Once they had selected the site for their settlement, the Englishmen began exploring the area. On May 26, nearly 200 local Indians attacked them, wounding almost a dozen and killing two Englishmen. As the Indians persisted in attacking the settlement, the settlers began constructing a three-sided fort with bulwarks in each corner to mount cannon. They planted crops, even though it was late in the planting season, but life in the colony remained difficult. In addition to disease and the lack of food, there was political infighting among the councilmen. By the time supply ships arrived from England in January 1608, two-thirds of the colonists were dead.
Captain John Smith was a controversial figure among the first settlers. He arrived in Virginia in chains, having been accused of mutiny during the voyage from England. In the months after the settlement was established, he undoubtedly contributed to the political infighting on the council. But he also demonstrated his usefulness to the colony, leading expeditions to map the area and obtaining food from local people through a combination of force and trade. In December 1607, while exploring the Chickahominy River area, Smith was captured by the brother of the Powhatan leader. He was taken to the northern shore of what is today called the York River to meet Chief Powhatan.
Powhatan was a powerful ruler who controlled most of the tribes in the Chesapeake region. John Smith described him as “a tall well proportioned man . . . his head somwhat gray. . . . His age neare 60; of a very able and hardybody to endure any labour.” Smith was fed and questioned during his stay with Powhatan. He later claimed that Powhatan attempted to execute him but the chief’s young daughter, Pocahontas, saved him. Today, some historians believe Smith misunderstood his ordeal and that, in fact, he underwent an adoption ceremony in which he was ritually killed and resurrected by Pocahontas. It seems that Powhatan had decided Smith and the English settlers were worthy allies. Perhaps he wanted to control trade with Europeans. Perhaps he wanted access to metal tools and weapons. We cannot be certain of his motives, but we can be sure the great chief was no novice at diplomacy.
The next year or so was relatively peaceful. Smith continued to explore and map the region. He also successfully traded with American Indians to increase the English supply of food. In September 1608, the council elected Smith president, and over the following year he focused on stabilizing the colony, instituting a “work or starve policy,” and searching for raw materials to export. The Virginia Company of London was concerned that the struggling colony had yet to make a profit. That same month, Smith was badly injured in an explosion and returned to England.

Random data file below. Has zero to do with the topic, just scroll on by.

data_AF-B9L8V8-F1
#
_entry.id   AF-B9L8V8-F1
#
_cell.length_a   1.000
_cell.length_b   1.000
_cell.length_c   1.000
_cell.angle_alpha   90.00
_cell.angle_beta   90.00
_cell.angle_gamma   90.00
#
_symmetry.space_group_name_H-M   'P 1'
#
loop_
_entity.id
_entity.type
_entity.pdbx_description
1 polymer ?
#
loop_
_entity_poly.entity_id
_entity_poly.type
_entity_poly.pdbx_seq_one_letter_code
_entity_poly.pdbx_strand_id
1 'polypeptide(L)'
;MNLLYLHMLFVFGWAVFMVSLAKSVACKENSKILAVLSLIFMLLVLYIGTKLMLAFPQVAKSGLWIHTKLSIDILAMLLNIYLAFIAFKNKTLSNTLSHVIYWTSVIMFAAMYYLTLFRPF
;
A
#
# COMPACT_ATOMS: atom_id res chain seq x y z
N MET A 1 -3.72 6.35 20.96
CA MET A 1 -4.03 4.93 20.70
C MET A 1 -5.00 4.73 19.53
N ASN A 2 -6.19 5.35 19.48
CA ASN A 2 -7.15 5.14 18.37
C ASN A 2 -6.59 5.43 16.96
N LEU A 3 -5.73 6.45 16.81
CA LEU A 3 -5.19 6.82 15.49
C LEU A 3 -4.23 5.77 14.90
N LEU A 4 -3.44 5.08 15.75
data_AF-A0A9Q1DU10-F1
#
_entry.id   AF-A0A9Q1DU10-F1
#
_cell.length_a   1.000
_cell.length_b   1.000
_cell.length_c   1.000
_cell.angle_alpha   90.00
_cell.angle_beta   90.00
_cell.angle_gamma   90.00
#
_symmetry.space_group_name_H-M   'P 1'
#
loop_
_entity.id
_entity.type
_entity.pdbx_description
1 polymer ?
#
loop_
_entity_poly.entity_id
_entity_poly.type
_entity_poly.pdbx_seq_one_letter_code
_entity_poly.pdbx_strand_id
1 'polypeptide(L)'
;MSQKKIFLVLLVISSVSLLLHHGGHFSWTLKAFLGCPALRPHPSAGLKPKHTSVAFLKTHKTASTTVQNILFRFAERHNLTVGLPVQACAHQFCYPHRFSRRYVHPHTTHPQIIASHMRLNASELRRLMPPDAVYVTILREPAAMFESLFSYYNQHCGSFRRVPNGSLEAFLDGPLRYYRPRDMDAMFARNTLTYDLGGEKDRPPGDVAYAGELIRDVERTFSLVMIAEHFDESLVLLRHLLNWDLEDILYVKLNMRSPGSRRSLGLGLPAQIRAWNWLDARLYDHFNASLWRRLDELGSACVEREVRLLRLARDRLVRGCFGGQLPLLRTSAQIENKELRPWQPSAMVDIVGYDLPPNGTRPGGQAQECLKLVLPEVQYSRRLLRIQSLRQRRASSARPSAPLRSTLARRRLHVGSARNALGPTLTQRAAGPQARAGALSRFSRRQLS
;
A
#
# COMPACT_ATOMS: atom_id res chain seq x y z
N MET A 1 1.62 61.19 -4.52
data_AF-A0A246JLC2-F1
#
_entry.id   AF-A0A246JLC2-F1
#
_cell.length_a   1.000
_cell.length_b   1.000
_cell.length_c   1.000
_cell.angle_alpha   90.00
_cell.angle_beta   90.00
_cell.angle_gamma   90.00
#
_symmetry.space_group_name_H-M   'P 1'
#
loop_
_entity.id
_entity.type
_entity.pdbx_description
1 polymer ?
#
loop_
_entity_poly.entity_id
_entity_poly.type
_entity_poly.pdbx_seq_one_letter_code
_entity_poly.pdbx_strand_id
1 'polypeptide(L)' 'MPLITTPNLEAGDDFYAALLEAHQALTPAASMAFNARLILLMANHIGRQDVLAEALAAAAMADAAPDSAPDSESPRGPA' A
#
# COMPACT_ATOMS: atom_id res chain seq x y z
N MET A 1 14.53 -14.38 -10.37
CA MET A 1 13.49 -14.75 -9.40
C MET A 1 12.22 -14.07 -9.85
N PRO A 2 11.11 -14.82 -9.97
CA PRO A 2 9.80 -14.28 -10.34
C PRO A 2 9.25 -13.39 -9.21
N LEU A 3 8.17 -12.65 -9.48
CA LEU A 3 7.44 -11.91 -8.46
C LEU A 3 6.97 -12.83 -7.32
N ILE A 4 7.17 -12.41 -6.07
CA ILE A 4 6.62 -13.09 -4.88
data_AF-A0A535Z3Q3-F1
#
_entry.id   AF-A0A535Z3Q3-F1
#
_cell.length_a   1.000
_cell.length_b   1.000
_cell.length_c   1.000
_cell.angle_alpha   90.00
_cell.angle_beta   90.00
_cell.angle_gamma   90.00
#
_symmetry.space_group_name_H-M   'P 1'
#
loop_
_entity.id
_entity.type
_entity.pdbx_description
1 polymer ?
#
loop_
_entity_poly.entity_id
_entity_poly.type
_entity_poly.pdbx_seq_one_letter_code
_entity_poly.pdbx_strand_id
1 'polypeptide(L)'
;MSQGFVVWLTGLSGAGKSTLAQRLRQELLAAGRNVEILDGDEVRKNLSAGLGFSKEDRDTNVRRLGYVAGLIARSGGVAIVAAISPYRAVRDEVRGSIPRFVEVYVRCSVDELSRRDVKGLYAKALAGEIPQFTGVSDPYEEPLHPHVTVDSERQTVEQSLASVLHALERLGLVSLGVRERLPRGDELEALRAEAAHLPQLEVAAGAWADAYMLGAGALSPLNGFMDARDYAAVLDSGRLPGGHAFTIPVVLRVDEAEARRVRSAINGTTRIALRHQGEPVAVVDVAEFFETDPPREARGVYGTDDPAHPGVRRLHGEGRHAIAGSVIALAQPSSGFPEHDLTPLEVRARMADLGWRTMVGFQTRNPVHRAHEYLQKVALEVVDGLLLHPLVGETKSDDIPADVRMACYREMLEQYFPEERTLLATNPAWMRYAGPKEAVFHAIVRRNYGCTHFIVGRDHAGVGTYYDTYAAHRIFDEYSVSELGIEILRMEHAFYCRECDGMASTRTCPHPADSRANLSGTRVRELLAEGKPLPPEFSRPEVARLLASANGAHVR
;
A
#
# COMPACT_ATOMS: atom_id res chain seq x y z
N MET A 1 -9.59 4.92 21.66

The Jamestown colony almost did not survive the next year. Even after the arrival of additional supplies and colonists from England, internal strife, lack of food, and conflict with native people turned the winter of 1609-1610 into the “starving time,” during which the colony dwindled from five hundred inhabitants from waves of settlers to sixty. Only the arrival of supplies and new settlers helped Jamestown continue. The colony still struggled economically, and the London Company investors were running out of patience. There were no precious metals or gems in Virginia. The colonists tried refining pitch and tar from local pine trees, a valuable naval commodity. Glassblowers attempted to use local sand to produce glass products. Then, in 1611, John Rolfe began experimenting with the production of tobacco. Tobacco was an indigenous plant, but the strong and harsh local variety proved unsuitable for the new tobacco market developing in Europe. Rolfe brought a variety of tobacco from the Caribbean and successfully cultivated it in Virginia. He shipped his first cargo to England in 1617, and within a couple of years Jamestown had established a profitable cash crop. The introduction of private property a few years later gave the settlers an incentive to work hard to keep the profits from the tobacco they raised.
More colonists arrived, and slowly the struggling colony took hold. A new charter in 1618 encouraged settlement by offering colonists the opportunity to own land and take a hand in managing the affairs of the colony. The first General Assembly met in Jamestown on July 30, 1619, and consisted of the governor, his council, and twenty-two elected members of the House of Burgesses. Representing the English settlements established on the James River, the burgesses composed the first European representative assembly in the New World. Finally, after more than ten years, the Englishmen in the Virginia Colony were building a firm foundation economic opportunity and representative government, based upon the English model on which later generations also came to rely. The profits from tobacco led to a scramble for land and indentured servants as settlers risked the high mortality rate to get rich.
1. Which European empire was the first to grow wealthy from its New World possessions during the sixteenth century?